A fine Eastern Pende Panya-Gombe African mask. Coll.: David Norden
Colgate university boosts local arts scene with exhibitions, forum
Friday, September 01, 2006
The visual arts are alive and well in central New York, and Colgate University is contributing much to several events and exhibitions — including three concurrent exhibitions showing African art from the Longyear Museum of Anthropology —all taking place in the coming week.
On Monday, Sept. 4, 2006 two on-campus exhibitions will open for public viewing: African Shapes of the Sacred: Yorůbá Religious Art at the Longyear Museum in Alumni Hall; and Transition, an exhibition of work by artist Arturo Lindsay, in the Clifford Art Gallery in Little Hall.
On Friday and Saturday, Sept. 8 and 9, 2006 Colgate joins with Hamilton College to convene artists, art professionals, and educators for Public Art on Campus, a two-day exploration of the role and responsibilities of public art in the physical, social, and teaching space of the college campus.
The African Shapes of the Sacred exhibition, on view through Oct. 29, includes traditional Yoruba shrine furniture and vessels, divination objects, memorial twin figures, masks, and other sculptures that figure in the practice of the Yorůbá religion.
Much art of the Yorůbá people of west Africa figures in the veneration of divinities and ancestors, as well as the control of supernatural powers associated with nature, medicine, and witchcraft.
Curated by Carol Ann Lorenz, senior curator of the Longyear Museum, the exhibition becomes the third of a trio of shows running in central New York that feature pieces from the Longyear’s collection of African art.
At the Fenimore Art Museum in Cooperstown, the exhibition Reveal Conceal: The Transforming Power of Masks includes 13 examples from the Longyear collection.
African Personal Art and Adornment, also curated by Lorenz, is on view at the Munson-Williams-Proctor Arts Institute in Utica. That exhibition, on view until Dec. 31, focuses on treasured items that are meant to be handled and used.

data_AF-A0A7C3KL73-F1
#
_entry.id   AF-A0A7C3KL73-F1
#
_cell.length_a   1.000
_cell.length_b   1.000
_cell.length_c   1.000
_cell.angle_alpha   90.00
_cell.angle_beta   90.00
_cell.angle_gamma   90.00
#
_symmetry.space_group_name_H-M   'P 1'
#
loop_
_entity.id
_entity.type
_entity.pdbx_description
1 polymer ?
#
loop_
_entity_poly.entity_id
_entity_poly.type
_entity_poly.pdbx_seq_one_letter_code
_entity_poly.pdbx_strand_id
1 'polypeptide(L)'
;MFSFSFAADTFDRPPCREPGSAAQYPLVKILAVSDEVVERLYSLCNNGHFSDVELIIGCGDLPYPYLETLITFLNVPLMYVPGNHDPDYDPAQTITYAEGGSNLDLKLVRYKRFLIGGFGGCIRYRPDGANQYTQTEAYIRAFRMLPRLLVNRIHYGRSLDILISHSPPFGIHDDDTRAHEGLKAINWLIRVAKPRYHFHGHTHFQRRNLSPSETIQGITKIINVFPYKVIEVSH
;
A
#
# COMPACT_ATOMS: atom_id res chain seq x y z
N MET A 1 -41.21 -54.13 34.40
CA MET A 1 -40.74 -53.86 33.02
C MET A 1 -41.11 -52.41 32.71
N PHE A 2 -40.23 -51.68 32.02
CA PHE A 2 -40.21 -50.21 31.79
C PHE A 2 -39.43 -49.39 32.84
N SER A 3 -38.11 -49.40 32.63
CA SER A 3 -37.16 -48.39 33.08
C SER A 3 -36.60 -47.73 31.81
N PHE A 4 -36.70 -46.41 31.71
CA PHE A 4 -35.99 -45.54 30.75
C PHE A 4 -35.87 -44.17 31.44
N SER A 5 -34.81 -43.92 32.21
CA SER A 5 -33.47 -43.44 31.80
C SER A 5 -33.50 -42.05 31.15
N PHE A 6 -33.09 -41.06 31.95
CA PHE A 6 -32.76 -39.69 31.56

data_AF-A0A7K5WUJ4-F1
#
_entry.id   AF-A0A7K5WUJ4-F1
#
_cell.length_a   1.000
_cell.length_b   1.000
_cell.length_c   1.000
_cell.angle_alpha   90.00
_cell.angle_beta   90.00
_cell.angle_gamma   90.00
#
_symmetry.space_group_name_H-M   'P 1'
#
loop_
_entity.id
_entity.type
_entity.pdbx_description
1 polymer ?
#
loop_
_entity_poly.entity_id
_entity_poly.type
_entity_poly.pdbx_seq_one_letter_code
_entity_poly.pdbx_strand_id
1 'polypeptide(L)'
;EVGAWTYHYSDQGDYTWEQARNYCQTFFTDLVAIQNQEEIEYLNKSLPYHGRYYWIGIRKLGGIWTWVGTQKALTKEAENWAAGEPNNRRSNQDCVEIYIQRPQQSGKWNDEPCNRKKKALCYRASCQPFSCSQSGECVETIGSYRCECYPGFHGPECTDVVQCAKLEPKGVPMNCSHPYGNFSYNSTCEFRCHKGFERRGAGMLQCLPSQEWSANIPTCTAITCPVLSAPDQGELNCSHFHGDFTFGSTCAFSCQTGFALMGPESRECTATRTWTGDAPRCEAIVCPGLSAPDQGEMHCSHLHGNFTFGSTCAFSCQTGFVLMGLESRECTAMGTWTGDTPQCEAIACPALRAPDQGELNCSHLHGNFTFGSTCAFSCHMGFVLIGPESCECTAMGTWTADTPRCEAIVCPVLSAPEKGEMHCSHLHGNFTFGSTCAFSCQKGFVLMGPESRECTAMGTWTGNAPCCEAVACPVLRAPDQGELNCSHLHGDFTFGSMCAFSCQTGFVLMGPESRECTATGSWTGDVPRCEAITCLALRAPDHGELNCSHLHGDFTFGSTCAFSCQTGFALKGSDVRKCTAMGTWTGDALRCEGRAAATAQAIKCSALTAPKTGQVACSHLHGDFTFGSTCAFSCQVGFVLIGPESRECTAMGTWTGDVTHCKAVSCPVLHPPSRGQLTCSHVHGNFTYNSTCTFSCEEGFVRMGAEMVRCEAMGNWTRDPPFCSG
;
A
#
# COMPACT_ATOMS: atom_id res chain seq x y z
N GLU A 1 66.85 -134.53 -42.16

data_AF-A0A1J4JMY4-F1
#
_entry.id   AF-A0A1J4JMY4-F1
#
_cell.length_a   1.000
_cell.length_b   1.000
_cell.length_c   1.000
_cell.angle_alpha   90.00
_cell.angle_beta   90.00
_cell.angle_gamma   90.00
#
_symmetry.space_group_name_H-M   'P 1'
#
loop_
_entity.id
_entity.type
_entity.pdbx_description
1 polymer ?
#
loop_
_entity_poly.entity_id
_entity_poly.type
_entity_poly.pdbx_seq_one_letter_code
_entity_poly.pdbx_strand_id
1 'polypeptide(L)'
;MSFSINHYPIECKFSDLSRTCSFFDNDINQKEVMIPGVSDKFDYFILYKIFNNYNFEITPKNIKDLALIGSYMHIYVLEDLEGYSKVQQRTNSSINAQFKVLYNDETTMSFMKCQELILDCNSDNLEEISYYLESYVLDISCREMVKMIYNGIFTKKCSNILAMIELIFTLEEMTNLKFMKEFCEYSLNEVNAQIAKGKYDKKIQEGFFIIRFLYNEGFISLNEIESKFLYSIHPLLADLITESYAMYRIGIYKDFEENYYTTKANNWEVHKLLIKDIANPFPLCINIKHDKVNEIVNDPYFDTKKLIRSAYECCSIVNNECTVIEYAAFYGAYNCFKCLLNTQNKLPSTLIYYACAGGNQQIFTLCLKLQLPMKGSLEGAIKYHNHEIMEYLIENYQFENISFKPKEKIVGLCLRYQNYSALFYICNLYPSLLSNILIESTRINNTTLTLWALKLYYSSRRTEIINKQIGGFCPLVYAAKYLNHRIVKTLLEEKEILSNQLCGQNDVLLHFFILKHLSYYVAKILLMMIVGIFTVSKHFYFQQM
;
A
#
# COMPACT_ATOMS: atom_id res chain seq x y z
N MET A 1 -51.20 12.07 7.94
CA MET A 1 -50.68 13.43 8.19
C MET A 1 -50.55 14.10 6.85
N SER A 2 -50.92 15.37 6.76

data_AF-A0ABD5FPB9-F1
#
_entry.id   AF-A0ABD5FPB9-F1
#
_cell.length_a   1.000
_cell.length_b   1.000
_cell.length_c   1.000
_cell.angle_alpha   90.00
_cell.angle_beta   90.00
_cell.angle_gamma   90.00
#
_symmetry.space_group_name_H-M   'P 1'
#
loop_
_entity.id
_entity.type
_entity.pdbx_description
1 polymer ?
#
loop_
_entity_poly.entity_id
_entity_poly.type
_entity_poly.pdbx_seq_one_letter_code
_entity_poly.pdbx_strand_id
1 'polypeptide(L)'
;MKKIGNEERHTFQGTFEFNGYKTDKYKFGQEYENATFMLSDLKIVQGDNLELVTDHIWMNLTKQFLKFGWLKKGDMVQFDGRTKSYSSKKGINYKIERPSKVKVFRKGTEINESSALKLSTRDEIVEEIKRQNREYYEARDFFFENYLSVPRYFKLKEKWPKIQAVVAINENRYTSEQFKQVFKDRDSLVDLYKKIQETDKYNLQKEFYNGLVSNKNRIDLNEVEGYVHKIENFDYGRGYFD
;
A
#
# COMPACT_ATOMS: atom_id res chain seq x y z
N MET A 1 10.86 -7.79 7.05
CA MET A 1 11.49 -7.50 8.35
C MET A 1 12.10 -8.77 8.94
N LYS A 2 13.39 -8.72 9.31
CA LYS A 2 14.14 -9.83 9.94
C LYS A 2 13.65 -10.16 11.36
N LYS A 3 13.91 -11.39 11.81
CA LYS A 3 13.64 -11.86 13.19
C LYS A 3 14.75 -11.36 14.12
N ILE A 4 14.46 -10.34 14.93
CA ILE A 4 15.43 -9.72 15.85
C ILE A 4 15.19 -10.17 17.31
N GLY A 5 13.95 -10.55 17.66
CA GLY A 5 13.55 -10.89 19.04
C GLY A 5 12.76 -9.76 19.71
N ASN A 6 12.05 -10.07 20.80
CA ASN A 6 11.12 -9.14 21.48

They serve their owners as tools, furniture, housewares, playthings, and objects of personal adornment. They were made for people in all walks of life — from farmers or weavers to chiefs and kings although those belonging to elite members of society are likely to be highly elaborated or made from precious materials such as ivory or brass.
Transition, which also was curated by Lorenz, will be on view at the Clifford Gallery through Oct. 22. The collection of spiritually and emotionally charged paintings, collages, drawings, and installations highlights the evolution of Arturo Lindsay’s work over the last two decades — and reveals his appreciation of his own African ancestry.
Internationally known as both an artist and a scholar, Lindsay explores African cultural expressions in the Americas through his work. An art professor at Spelman College in Atlanta who also maintains a studio in Portobelo in his native Panamá, Lindsay is the 2006 Batza Family Professor of art and art history at Colgate.
Lindsay will give a lecture about the exhibition at 4:30 p.m. Tuesday, Sept. 6 in Golden Auditorium, Little Hall.
Public Art on Campus on Sept. 8 and 9 is part of a series of exhibitions and presentations that celebrate the 30th anniversary of Sculpture Space, an international artists’ residency program in Utica.
The presentation of public art, where artistic expression intersects with public audiences, often raises challenges, and sometimes controversy, over issues of siting, funding, community involvement, and maintenance, along with issues of aesthetics and content.
The symposium events (see sidebar), which take place at Hamilton College on Friday and at Colgate on Saturday, include a keynote address by sculptor, filmmaker, and environmental artist Mary Miss, as well as a variety of performances, public sculpture viewing, and panel discussions. All are free and open to the public.
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